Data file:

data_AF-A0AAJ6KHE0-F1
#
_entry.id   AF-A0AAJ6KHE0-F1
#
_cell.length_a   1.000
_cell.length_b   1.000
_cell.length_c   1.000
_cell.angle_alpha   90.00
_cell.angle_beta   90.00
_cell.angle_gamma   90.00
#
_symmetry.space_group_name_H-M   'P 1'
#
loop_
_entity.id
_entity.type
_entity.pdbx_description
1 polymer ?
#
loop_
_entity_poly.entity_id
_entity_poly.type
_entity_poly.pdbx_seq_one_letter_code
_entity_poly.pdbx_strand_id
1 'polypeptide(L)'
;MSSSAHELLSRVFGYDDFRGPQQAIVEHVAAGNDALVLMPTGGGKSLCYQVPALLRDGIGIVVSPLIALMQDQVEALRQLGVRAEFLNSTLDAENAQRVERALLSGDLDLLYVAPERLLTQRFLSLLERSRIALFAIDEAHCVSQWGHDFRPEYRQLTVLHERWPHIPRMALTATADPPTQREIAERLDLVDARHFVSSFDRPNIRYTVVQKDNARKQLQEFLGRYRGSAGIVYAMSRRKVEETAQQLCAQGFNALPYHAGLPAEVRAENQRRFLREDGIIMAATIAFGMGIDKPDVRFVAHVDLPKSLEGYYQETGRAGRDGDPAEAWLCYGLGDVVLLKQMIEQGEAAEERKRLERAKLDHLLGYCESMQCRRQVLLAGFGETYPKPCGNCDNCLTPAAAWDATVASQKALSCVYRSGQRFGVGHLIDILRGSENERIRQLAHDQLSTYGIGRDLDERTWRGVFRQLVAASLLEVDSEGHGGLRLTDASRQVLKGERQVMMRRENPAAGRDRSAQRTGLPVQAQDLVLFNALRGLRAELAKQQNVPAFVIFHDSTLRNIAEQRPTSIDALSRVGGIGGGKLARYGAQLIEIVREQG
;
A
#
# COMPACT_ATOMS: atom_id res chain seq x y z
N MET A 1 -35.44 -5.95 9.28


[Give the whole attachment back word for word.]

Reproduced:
data_AF-A0AAJ6KHE0-F1
#
_entry.id   AF-A0AAJ6KHE0-F1
#
_cell.length_a   1.000
_cell.length_b   1.000
_cell.length_c   1.000
_cell.angle_alpha   90.00
_cell.angle_beta   90.00
_cell.angle_gamma   90.00
#
_symmetry.space_group_name_H-M   'P 1'
#
loop_
_entity.id
_entity.type
_entity.pdbx_description
1 polymer ?
#
loop_
_entity_poly.entity_id
_entity_poly.type
_entity_poly.pdbx_seq_one_letter_code
_entity_poly.pdbx_strand_id
1 'polypeptide(L)'
;MSSSAHELLSRVFGYDDFRGPQQAIVEHVAAGNDALVLMPTGGGKSLCYQVPALLRDGIGIVVSPLIALMQDQVEALRQLGVRAEFLNSTLDAENAQRVERALLSGDLDLLYVAPERLLTQRFLSLLERSRIALFAIDEAHCVSQWGHDFRPEYRQLTVLHERWPHIPRMALTATADPPTQREIAERLDLVDARHFVSSFDRPNIRYTVVQKDNARKQLQEFLGRYRGSAGIVYAMSRRKVEETAQQLCAQGFNALPYHAGLPAEVRAENQRRFLREDGIIMAATIAFGMGIDKPDVRFVAHVDLPKSLEGYYQETGRAGRDGDPAEAWLCYGLGDVVLLKQMIEQGEAAEERKRLERAKLDHLLGYCESMQCRRQVLLAGFGETYPKPCGNCDNCLTPAAAWDATVASQKALSCVYRSGQRFGVGHLIDILRGSENERIRQLAHDQLSTYGIGRDLDERTWRGVFRQLVAASLLEVDSEGHGGLRLTDASRQVLKGERQVMMRRENPAAGRDRSAQRTGLPVQAQDLVLFNALRGLRAELAKQQNVPAFVIFHDSTLRNIAEQRPTSIDALSRVGGIGGGKLARYGAQLIEIVREQG
;
A
#
# COMPACT_ATOMS: atom_id res chain seq x y z
N MET A 1 -35.44 -5.95 9.28